Celebrate the Important

The author Stephen King celebrates finishing a novel with a ritual. He knows when the last word will be written, and he plans the celebration, which is simple (and not scary).

Ritual is important to us as humans. Celebrating should be. It doesn’t have to be fancy or elaborate, but when something goes right, it’s a good idea to celebrate.

So this week, when I came back from the photo shoot in Cincinnati, I wrote the introduction, the dedication and put in the final patches of items that needed changes. I sent it to my editor, and then the book’s work was done. Yes, there will be edits, yes there is a lot of work to be done, but the writing part is complete.

I kept working till supper time, fed the cats, and then invited Cooking Man to dinner at our favorite Vietnamese restaurant. It was a cold night, it had hailed in parts of town, and we picked out ways through melting ice to get to the restaurant.

It felt good to eat without racing through dinner. It’s good to share a meal when you feel satisfied that a two-year-long project has come to an end. There was hot tea instead of champagne, and pho instead of caviar. But it was a satisfying celebration.

We downplay important occasions. We know what to do on Valentine’s, but when it comes to creating our own celebrations, we stall. Here’s a checklist for celebrating:

1. Talk about your emotions–what was hard to overcome, what makes you happy.

2. Give a name to what you are celebrating. Create your own name for the day if that makes it more special.

3. Plan a special meal. You can share a meal, celebrate on your own, go out, eat in. But it should be a special time where you talk about triumphs and joys, not bills or hardships.

4. Wear something special, buy flowers, or put out fancy placemats. Listen to music that makes you feel happy. Don’t rush through the celebration.

5. Take a photo, write in a journal, do something to remember the day. Feel the happiness in your bones. Let it soak in. You earned it!

–Quinn McDonald is writing another grammar book for a client. She’ll use it for years, but it will never be officially published, just photocopie


Your Art Needs Your Time

Most artists have problems (at least some of the time) getting to the studio and getting creative work done. It just seems too much to pick up the pencil, sit at the computer, go to the quilting frame. And there is a pile of laundry. And you are working today till 6 anyway. The difference between successful artists and “wishing” artists is ritual.

Creating your own reality happens only when you take the time to do it.

If you work in an office, you have a morning routine. Whether you get up and shower or get up and exercise, have breakfast and then shower, you have a routine. And that routine is probably timed down to the exact second, either by time or by what’s on the TV or radio. It gets you out of the house and into the office on time.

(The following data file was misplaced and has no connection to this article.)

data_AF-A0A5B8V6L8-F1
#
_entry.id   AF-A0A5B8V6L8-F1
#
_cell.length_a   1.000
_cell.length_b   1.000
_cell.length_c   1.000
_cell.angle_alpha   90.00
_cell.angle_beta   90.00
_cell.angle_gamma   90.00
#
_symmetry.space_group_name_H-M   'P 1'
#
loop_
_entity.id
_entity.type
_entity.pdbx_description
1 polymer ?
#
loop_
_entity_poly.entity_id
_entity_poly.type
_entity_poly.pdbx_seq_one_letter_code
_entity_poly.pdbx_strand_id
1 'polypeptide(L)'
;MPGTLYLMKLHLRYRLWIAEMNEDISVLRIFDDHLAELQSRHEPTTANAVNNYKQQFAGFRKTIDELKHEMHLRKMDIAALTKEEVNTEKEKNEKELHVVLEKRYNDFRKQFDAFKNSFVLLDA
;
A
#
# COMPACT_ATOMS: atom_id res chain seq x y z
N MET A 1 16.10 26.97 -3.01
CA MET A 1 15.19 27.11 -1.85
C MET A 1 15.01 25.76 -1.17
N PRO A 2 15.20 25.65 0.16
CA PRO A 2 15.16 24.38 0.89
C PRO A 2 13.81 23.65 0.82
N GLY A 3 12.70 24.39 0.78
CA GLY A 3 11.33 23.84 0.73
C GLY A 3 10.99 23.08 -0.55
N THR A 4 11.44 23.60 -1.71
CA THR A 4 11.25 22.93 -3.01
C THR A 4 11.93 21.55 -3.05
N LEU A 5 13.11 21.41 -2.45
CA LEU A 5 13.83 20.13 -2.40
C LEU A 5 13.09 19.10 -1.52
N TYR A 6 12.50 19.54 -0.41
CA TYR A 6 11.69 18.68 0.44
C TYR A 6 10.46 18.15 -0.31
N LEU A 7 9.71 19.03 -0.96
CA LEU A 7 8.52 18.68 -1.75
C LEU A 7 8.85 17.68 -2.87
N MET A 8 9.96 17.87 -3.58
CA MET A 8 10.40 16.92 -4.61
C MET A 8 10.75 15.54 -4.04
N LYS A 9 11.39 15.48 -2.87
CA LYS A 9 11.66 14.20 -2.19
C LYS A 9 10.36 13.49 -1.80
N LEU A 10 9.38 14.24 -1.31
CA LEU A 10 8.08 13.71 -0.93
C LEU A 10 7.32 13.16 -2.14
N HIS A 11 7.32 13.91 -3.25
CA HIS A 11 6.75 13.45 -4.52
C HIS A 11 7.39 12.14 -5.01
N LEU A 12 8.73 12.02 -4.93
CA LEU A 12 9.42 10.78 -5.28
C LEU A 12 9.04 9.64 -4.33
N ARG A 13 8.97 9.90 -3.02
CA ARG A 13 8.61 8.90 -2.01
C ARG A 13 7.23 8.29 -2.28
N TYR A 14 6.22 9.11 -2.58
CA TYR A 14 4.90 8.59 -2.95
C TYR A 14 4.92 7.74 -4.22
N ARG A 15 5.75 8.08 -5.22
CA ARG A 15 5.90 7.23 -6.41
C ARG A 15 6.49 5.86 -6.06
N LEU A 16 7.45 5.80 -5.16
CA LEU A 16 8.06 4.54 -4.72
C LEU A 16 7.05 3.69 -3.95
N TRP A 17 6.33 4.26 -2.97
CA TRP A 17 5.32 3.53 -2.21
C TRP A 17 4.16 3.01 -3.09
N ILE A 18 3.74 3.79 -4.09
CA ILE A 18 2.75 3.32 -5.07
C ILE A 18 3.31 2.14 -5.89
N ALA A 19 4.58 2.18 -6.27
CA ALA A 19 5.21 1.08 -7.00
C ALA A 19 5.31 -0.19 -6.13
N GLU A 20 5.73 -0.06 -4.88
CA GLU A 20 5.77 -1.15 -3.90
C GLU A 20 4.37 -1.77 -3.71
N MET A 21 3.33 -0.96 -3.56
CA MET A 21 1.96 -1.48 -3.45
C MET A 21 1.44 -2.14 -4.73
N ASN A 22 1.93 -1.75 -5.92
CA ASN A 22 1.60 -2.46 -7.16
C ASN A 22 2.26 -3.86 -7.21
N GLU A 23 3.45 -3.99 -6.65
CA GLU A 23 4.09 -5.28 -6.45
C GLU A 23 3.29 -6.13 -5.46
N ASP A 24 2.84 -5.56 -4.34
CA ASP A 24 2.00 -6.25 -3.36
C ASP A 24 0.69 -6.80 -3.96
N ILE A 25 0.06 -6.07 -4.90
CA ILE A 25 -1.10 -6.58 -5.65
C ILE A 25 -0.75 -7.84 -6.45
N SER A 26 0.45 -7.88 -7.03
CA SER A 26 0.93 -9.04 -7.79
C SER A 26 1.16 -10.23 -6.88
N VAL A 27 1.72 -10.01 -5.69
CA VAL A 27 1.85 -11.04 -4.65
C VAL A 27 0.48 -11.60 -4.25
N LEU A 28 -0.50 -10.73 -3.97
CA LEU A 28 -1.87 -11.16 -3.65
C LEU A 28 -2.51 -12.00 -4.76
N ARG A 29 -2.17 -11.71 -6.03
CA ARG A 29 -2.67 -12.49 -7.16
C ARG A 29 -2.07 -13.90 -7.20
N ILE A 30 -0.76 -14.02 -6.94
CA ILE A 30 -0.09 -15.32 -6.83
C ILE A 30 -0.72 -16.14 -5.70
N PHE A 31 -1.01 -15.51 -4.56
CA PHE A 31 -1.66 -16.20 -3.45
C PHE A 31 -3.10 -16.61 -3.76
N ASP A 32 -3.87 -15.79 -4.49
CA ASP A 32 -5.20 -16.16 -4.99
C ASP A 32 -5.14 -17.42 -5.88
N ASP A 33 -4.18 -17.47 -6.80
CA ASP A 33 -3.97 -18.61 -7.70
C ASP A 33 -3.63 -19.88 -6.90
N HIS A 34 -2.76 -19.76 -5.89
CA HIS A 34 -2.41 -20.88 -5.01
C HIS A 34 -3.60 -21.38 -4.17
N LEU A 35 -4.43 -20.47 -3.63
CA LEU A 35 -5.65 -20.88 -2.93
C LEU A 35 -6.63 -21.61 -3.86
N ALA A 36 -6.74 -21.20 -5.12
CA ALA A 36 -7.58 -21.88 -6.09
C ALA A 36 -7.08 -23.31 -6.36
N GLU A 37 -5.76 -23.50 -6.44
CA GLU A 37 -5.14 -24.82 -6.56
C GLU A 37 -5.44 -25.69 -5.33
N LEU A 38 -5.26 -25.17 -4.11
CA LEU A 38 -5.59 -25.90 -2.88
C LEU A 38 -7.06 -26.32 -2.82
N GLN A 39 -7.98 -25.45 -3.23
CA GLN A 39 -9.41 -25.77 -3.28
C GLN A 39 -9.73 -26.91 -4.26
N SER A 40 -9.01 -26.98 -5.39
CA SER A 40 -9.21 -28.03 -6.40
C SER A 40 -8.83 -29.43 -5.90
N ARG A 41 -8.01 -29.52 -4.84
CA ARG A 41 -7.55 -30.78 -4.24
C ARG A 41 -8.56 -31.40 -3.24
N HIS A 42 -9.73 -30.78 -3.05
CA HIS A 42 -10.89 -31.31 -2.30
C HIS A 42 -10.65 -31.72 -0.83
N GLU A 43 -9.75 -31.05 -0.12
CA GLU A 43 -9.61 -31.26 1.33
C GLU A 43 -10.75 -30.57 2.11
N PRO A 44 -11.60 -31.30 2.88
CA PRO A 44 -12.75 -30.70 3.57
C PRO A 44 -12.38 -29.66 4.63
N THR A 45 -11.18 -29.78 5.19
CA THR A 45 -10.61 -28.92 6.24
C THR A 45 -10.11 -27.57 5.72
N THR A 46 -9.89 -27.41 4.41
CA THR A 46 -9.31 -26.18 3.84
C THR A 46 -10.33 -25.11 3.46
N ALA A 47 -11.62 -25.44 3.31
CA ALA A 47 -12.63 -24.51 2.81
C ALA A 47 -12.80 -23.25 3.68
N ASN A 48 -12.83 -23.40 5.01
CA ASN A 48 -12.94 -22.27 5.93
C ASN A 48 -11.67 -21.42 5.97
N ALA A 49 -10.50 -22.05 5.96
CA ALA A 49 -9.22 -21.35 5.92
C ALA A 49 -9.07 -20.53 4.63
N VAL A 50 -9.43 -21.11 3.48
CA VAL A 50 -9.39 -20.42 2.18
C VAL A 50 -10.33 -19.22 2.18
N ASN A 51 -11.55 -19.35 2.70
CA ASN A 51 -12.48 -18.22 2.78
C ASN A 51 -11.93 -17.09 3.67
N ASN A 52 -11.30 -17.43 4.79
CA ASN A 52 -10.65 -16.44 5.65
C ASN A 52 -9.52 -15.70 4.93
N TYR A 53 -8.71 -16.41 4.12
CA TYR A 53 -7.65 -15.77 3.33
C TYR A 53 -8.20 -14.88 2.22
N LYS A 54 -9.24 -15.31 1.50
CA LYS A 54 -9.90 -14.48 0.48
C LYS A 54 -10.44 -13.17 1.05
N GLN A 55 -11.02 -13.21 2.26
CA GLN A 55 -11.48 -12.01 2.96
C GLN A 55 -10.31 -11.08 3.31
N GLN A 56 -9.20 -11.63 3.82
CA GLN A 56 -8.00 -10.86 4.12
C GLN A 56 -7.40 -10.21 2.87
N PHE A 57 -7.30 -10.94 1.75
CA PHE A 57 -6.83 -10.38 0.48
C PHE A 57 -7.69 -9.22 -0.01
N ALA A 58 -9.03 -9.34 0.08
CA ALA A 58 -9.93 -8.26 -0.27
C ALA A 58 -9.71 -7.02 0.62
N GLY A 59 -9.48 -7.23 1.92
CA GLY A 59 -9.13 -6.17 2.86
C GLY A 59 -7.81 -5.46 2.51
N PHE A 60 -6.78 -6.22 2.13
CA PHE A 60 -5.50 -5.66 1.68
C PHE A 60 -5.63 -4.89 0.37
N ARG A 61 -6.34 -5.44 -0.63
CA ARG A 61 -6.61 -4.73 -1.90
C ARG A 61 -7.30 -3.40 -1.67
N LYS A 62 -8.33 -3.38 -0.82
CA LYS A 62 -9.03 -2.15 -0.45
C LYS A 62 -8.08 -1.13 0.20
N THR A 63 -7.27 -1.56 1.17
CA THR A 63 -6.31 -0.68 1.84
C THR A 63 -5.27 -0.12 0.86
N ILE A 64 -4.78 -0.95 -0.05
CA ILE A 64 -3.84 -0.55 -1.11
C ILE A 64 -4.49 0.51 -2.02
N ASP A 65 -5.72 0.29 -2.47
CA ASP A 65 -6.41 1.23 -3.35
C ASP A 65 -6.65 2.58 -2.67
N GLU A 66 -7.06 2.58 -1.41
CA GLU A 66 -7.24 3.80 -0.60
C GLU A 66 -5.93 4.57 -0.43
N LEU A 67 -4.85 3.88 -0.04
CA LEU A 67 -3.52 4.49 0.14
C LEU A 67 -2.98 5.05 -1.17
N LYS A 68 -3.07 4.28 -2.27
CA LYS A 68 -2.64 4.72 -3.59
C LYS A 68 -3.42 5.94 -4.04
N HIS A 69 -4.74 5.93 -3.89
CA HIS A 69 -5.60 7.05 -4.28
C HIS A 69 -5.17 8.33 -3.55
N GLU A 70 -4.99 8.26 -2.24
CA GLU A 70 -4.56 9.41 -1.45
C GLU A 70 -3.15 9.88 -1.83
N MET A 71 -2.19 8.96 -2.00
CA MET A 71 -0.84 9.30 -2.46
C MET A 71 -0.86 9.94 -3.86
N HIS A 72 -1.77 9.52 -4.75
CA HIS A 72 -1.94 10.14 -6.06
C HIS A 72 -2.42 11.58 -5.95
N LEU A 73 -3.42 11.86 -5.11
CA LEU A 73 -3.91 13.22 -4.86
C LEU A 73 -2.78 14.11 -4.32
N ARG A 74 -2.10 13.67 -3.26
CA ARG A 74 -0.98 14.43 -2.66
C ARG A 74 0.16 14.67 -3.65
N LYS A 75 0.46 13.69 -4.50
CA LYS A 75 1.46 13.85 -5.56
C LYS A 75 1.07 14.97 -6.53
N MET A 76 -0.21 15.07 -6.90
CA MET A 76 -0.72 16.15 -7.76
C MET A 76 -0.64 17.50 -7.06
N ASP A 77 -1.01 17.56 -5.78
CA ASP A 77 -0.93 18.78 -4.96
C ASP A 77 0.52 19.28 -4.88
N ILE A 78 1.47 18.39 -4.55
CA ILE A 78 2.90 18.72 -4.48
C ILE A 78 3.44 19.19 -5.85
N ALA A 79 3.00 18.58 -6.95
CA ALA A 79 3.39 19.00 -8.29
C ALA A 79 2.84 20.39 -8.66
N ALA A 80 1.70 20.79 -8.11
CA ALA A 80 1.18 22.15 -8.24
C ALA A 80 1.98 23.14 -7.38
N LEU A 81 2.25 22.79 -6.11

Creating a ritual for art is exactly the same thing as a routine for work. A ritual legitimizes your effort, eliminates distractions and assigns a top priority to your artwork. As long as your artwork doesn’t have a priority higher than the laundry or watching TV, it won’t get done. And you set the priority every day of your life.

Your art work is powerful, but not powerful enough to overcome your resistance and drag you into your studio. You have to do the work. And that means shifting priorities. To art. Why is that worth it? Because art makes meaning in your life. It helps you understand yourself, your world, your journey. It’s also uncomfortable sometimes to face the meaning you make in art, so it’s easy to shove it aside.

The ritual doesn’t have to be complex. Decide ahead of time when you will do art. Choose a whole hour. Set a timer to ring 10 minutes beforehand to give yourself time to quit what you are doing. Make a cup of coffee or tea, grab the cup and head to the studio. No excuses. Once you get in the habit, it will first get much harder to meet your ritual. The phone will ring, the kids will demand your attention, a crisis will erupt. Keep to your schedule. In about a week, it will suddenly get easier.

Your morning routine works because your job brings in money and you have given it permission to take over your life. Give your art a chance, too. It brings meaning to your life. As the wonderful strip of paper that I found wrapped around a candle says, “What you do today is important because you are exchanging your life for it.”

Quinn McDonald knows that each one of us has to make our own meaning in life. The act of creation is what makes a life.